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Policies We All Hope to Never Use

TNL Founder and CEO Sam Green reflects on how having proper policies, structures and procedures in place can prevent the worst from happening, even if we don’t even want to think about ever needing them.

At least once a year a story hits the headlines about an incident at a nursery. The latest, published in various national and regional press, tells of a three-year-old boy who was able to leave his nursery’s garden through an unlocked gate and make his way to a nearby park where he was found by a stranger.

Fire alarm security button on a wall
Fire alarm security button on a wall

Quite correctly, the setting involved has had their registration suspended by Ofsted pending an investigation and remedial actions. As anyone who has spent time in a group setting knows, a catastrophic situation like this example can only come about as a result of a series of failures. Doors & gates should, of course, be locked, but with appropriate supervision and vigilance alongside the regular counting of children during transition times, a single mistake shouldn’t lead to that sort of outcome.

Whilst we would all naturally read a story like this and think “nothing like that would ever be allowed to happen in my setting”, we should be wary of complacency. The reality, which is all too often lost in the hustle and bustle of any given day, is that caring for dozens of other people’s children is a colossal responsibility, and an inherently risky situation to boot. We all make mistakes, but when those mistakes happen in the process of caring for young children their consequences can escalate quickly.

I am still haunted by a somewhat similar experience when running a nursery of my own. When coming back inside from the garden, a member of the team failed to take a last look around behind her before coming inside. That simple mistake meant that a child was left in the garden, playing happily on her own.

Thankfully the other protective measures such as properly secured gates and regular counting meant that the team were able to retrieve the child quite promptly, and she was quite content with her extra outdoor time. Investigating that incident brought home to me the fact that our entire organisation’s reputation hinged in that moment on a pretty modest mistake by an otherwise excellent member of the team.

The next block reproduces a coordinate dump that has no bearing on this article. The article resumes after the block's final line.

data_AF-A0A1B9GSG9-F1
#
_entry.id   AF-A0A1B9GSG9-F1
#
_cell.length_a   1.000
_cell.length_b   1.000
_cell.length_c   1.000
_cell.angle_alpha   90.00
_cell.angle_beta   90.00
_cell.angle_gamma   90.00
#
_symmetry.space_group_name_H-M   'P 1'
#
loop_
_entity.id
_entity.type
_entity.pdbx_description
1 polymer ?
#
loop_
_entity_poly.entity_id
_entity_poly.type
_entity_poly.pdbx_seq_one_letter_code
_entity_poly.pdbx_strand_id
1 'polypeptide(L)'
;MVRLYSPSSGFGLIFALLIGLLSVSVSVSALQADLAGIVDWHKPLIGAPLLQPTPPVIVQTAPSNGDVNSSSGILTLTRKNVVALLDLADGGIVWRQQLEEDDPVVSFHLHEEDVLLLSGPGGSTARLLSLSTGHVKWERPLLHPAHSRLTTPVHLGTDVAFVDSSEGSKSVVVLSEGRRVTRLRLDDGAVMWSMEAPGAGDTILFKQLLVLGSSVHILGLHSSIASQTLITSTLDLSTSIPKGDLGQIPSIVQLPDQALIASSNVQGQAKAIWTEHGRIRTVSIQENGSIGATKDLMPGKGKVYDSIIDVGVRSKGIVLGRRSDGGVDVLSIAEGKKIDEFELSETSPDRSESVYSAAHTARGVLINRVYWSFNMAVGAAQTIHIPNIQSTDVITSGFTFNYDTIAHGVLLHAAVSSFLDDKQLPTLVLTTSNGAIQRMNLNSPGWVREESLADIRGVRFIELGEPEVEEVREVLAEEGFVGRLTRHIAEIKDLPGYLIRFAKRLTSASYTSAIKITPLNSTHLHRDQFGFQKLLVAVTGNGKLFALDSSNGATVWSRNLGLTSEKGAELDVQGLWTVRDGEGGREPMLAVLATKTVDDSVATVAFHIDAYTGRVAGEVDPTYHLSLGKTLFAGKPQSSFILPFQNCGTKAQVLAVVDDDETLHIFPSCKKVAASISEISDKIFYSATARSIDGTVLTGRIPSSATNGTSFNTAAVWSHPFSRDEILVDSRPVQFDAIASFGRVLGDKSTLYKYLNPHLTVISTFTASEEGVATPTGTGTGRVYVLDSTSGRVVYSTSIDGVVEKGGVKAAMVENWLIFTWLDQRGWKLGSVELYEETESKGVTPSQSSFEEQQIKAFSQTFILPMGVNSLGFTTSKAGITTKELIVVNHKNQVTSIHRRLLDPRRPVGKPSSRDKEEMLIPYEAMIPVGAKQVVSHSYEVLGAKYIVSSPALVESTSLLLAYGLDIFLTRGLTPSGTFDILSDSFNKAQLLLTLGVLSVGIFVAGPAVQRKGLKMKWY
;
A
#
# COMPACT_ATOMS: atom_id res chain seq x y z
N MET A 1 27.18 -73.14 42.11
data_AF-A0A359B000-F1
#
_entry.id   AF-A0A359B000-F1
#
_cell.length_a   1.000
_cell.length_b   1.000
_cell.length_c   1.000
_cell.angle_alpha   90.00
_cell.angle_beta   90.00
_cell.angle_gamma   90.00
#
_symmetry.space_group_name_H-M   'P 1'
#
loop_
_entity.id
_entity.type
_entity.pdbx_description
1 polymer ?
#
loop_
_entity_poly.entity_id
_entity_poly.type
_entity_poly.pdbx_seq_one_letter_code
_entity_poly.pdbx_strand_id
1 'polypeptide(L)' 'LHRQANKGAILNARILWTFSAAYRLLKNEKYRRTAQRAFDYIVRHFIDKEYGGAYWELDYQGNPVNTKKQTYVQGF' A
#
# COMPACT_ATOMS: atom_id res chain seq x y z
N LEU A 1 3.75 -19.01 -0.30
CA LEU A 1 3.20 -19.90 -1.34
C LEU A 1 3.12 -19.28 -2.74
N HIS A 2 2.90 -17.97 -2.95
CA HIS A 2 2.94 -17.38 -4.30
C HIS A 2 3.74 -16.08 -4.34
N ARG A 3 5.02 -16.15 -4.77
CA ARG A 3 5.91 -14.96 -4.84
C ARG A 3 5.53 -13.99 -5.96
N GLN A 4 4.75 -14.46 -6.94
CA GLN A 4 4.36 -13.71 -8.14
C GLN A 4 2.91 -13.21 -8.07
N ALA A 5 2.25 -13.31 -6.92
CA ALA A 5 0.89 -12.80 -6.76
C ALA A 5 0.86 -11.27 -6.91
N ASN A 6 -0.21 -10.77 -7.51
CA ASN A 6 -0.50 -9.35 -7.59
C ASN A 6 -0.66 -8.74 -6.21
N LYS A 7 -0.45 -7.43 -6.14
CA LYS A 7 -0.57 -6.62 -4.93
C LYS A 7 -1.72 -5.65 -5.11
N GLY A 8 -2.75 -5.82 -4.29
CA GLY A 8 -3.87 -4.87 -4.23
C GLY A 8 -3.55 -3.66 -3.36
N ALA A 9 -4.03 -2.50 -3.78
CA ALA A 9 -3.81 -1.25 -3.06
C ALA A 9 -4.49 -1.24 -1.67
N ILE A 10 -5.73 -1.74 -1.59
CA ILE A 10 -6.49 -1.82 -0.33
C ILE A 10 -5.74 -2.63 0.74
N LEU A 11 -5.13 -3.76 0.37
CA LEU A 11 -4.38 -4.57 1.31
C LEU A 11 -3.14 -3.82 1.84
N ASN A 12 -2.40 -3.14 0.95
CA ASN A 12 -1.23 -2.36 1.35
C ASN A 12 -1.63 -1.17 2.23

Document binders with POLICIES and PROCEDURE words on labels place on blank process flow charts with pen
Structures, policies and procedures properly implemented can save the worst from happening.

Safeguarding the children in our care depends on having systems and structures in place so that a series of modest mistakes like that are not able to line up and create the potential for a disastrous outcome, as in the recent news story. For me, there are three key elements to building a system for your setting which mitigates the consequences of the human errors in care which can’t ever be completely eliminated:

1- Realistic, robust, and detailed policies covering Safeguarding, Health & Safety, and elements of your operation which involve heightened risk such as trips, drop offs and collections, and sleep times.

2- A set of “Policies We Hope to Never Use” which cover circumstances, such as a child going missing, so that in the midst of a crisis your team have a clear and effective process to follow step by step.

3- Seriously and diligently investigating every incident that results from a mistake, whether anyone else finds out about it or not. (In my example above, that incident led us to introduce an abacus-style system for counting children outside and inside again)

If you are in a leadership position in your organisation, you might like to make use of the customisable policy templates available in the TNL Premium Resources store. In a matter of minutes you can produce a new Safeguarding & Child Protection Policy, Lost Child Policy, and Sudden Death of a Child Policy, customised perfectly to your setting.

Only by accepting that our teams are human, and that mistakes will happen, can we properly establish the policies, systems and processes that ensure the unavoidable mistakes never lead to entirely avoidable outcomes such as a three-year-old boy making his way to the park alone.